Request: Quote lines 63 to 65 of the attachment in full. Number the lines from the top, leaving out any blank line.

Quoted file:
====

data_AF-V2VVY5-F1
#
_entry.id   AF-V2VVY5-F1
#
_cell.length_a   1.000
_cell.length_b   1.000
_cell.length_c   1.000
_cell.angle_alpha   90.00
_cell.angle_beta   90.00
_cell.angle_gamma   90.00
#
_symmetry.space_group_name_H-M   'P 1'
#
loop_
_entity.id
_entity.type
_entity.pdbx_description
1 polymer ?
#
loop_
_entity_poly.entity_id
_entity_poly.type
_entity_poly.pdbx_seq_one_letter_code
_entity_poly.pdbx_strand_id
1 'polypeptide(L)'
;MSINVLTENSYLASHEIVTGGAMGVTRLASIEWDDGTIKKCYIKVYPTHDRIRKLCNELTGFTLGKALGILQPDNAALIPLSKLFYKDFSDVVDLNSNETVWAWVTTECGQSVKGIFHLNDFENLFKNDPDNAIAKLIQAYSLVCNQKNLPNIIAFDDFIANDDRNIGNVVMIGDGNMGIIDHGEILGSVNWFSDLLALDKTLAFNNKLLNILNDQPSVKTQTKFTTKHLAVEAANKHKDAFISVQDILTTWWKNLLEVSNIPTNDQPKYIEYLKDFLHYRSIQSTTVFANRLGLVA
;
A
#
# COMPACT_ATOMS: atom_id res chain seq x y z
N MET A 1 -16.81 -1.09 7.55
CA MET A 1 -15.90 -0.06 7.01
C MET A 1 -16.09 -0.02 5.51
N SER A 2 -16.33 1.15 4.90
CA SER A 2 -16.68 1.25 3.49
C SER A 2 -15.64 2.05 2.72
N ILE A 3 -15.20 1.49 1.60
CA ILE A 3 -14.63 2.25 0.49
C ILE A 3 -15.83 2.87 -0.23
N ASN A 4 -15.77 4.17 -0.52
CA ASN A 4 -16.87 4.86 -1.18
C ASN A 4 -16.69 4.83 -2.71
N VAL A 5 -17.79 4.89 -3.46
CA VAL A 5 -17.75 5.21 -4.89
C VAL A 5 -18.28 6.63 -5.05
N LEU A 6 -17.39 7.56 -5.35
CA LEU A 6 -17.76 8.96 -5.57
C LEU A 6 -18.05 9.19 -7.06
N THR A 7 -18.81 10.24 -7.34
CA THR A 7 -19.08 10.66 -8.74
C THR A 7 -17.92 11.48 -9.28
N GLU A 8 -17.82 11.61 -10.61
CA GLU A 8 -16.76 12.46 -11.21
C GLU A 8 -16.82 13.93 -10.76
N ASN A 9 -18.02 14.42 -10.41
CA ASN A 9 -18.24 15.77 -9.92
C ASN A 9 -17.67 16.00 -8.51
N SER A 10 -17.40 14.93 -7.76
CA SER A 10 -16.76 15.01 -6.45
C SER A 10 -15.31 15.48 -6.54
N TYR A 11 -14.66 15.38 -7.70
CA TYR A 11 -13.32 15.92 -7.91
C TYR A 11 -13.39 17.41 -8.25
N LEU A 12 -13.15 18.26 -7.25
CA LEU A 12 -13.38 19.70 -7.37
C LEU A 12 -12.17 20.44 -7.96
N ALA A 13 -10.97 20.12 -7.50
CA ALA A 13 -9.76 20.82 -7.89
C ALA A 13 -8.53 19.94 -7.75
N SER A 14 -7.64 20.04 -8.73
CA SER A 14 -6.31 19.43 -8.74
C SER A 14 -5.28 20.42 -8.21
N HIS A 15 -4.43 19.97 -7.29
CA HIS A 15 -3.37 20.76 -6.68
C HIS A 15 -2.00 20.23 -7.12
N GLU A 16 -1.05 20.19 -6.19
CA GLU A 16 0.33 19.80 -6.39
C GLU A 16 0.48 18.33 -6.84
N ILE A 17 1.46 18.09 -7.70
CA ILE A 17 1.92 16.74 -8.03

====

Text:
C TYR A 11 -13.39 17.41 -8.25
N LEU A 12 -13.15 18.26 -7.25
CA LEU A 12 -13.38 19.70 -7.37